Stephane July, Principal Consultant and Head of the Finance Desk at CPCS, contributed to Word Bank PPP blog. Sharing his thoughts on ways to better classify PPP in Africa.
It is broadly understood that public-private partnerships (PPP) are a procurement tool that encompass design, financing, construction and long-term operation of a public infrastructure by the private sector. They can be cost-effective thanks to adequate risk transfer and performance criteria, and help bridge Africa’s large infrastructure gap in many sectors.
For instance, this confusion can be found in the various and inconsistent uses of the word “concession.” In France and most francophone jurisdictions in Africa, a concession refers to a specific legal framework that defines a PPP arrangement where the concessionaire is paid by users and takes demand risk, whereas in many Anglophone African countries, a concession can describe any kind of PPP contract.
* Incidentally, acronyms combining Design, Build, Finance, Lease, Operate, Own, Maintain, and Transfer are as numerous as they are meaningless. They are often wrongly applied and never say much about the project’s critical structural issues.
Major efforts have been underway across the African continent, with the support of the World Bank Group, to increase private investment in infrastructure. For example, we at CPCS have been a key contributor to this exercise, having advised or currently advising the governments of Benin, Burkina Faso, Chad, Gabon, Guinea, Guinea-Bissau, Nigeria, and Senegal in strengthening their legal institutional frameworks for PPPs, as well as identifying and launching PPP projects.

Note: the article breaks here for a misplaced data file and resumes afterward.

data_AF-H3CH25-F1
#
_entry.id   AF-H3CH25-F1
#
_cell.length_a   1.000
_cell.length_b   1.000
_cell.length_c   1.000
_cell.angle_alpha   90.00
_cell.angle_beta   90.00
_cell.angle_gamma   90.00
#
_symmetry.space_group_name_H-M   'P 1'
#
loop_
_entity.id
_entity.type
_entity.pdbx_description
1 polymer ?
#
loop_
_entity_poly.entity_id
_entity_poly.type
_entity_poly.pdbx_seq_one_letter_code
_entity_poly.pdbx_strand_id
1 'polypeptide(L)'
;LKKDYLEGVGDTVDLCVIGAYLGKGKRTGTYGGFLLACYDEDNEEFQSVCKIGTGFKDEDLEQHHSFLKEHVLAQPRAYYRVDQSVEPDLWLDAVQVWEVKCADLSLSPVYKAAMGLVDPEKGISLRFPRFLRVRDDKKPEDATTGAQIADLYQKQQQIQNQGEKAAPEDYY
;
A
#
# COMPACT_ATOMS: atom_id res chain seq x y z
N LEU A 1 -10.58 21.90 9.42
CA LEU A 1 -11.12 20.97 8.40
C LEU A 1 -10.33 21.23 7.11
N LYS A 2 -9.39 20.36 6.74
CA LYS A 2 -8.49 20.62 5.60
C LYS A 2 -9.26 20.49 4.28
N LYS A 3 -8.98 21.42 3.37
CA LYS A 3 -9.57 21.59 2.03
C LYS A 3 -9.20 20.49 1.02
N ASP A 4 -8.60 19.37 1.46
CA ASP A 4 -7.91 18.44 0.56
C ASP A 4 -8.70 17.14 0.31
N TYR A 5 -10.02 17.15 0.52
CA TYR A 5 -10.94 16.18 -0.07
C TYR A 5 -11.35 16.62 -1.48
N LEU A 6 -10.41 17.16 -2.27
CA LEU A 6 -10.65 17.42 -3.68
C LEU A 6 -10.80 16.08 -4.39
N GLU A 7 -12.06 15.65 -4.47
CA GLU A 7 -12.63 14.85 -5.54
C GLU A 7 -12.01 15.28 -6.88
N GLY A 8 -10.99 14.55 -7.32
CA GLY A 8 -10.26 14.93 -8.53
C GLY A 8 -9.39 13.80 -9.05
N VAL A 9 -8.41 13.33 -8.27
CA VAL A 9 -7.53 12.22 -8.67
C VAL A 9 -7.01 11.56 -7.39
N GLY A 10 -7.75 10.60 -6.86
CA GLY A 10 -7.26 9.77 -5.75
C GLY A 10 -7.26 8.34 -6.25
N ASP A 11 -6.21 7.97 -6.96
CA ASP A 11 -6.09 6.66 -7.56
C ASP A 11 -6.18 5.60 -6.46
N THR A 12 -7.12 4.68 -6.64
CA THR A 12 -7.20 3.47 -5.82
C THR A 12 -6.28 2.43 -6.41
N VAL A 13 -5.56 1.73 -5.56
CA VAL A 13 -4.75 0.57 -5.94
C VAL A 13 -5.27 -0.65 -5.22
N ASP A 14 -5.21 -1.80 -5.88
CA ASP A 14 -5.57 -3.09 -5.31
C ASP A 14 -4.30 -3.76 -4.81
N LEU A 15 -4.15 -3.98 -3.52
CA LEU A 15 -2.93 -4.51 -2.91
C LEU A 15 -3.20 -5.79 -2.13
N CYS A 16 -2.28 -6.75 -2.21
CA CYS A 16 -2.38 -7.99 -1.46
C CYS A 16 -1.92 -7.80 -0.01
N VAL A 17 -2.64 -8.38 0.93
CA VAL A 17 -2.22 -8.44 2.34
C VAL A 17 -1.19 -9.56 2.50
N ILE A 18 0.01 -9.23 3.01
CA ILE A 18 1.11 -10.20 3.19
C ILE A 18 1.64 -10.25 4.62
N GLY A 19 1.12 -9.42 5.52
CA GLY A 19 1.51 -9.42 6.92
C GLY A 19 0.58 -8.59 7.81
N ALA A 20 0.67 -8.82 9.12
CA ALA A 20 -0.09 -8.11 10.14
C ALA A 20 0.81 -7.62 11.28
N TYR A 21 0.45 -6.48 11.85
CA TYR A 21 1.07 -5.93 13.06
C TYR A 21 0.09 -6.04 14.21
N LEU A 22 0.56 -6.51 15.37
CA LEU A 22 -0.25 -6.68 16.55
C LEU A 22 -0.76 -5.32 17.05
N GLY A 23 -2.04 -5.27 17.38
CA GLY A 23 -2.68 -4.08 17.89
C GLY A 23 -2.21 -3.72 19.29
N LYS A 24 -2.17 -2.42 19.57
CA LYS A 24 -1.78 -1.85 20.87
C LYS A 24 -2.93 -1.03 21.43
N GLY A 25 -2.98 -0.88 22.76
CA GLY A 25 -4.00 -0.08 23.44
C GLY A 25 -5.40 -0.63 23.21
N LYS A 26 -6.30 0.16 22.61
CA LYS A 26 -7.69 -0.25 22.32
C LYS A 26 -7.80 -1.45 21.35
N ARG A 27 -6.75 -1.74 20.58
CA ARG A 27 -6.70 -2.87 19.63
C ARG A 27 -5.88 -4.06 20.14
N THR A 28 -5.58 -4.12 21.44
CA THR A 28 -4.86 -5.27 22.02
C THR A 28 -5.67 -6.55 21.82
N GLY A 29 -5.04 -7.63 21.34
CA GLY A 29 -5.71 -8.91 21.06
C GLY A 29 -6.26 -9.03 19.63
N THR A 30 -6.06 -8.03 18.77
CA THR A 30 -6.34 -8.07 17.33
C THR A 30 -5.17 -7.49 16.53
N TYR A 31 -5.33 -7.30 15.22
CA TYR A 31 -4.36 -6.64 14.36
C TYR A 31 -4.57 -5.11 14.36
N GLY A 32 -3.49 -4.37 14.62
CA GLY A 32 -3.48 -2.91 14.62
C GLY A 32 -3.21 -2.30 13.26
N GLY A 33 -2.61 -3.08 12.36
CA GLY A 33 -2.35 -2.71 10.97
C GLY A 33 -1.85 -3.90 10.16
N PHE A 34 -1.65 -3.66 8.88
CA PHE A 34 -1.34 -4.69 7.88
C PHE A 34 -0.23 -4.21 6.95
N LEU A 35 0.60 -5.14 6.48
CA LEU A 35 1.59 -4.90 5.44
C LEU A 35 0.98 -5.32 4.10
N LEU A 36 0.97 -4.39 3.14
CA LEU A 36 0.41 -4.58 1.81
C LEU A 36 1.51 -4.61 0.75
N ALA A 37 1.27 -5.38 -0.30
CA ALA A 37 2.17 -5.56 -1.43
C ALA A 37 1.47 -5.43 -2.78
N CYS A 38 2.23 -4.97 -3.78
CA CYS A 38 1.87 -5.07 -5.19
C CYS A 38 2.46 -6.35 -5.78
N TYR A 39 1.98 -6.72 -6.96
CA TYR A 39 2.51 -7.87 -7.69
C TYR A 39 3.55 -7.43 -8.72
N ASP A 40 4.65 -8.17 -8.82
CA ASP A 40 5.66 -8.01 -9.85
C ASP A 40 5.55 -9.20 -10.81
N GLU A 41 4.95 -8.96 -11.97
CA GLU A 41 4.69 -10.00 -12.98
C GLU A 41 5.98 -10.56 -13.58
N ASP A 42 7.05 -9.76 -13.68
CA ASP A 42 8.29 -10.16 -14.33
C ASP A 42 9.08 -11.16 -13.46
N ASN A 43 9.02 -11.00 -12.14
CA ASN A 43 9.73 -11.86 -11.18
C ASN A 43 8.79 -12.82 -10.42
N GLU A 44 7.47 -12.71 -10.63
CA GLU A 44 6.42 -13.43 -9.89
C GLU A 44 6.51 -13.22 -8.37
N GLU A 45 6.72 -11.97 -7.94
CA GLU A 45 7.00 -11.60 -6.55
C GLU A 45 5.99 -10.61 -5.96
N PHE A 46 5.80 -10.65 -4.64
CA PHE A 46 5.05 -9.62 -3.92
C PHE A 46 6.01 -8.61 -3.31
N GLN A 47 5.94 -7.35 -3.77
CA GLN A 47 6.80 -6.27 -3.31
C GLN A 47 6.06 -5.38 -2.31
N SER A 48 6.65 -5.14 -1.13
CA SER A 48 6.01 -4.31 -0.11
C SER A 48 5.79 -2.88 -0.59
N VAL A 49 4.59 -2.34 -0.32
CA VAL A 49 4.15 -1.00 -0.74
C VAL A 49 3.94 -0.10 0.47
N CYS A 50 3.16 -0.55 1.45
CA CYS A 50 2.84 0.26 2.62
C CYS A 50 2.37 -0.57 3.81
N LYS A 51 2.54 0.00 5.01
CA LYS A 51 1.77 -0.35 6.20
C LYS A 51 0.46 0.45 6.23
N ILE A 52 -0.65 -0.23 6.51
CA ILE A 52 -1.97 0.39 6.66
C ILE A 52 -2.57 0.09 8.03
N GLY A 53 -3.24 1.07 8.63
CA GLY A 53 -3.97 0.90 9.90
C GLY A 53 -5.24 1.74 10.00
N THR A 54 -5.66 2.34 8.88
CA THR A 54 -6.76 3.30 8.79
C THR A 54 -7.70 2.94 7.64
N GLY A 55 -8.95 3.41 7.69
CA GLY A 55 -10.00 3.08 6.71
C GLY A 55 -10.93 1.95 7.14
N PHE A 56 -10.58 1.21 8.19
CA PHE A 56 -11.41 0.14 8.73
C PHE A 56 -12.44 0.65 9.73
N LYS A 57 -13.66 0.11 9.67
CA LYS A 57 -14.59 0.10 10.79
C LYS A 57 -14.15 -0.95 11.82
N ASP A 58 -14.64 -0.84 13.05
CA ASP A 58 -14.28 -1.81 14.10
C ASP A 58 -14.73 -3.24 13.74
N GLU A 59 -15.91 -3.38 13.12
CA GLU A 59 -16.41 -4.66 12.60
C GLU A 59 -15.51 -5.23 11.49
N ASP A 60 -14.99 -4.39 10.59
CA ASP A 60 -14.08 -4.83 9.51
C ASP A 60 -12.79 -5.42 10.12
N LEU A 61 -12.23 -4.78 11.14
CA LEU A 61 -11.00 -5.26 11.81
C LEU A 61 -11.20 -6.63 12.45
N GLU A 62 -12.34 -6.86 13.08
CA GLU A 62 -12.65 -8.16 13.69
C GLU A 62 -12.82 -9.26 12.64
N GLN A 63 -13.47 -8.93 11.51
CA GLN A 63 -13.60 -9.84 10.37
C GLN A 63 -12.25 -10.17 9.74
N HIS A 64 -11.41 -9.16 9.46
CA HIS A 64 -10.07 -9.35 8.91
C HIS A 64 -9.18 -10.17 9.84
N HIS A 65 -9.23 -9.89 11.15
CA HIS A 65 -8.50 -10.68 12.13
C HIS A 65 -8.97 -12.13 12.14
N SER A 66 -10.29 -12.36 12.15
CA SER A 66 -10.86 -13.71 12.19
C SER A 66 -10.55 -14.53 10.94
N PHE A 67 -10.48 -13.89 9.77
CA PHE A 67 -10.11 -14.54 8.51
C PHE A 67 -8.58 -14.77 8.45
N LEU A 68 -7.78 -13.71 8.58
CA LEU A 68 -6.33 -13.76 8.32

Classifying potential PPP projects from the outset using the three criteria outlined above could help not only focus on the specific legal and institutional issues that are most relevant to the projects, but also on the viability issues that are critical to attracting private investors—which could include required government funding, the creditworthiness of national utilities or the financial capacity of users.
Disclaimer: The content of this blog does not necessarily reflect the views of the World Bank Group, its Board of Executive Directors, staff or the governments it represents. The World Bank Group does not guarantee the accuracy of the data, findings, or analysis in this post.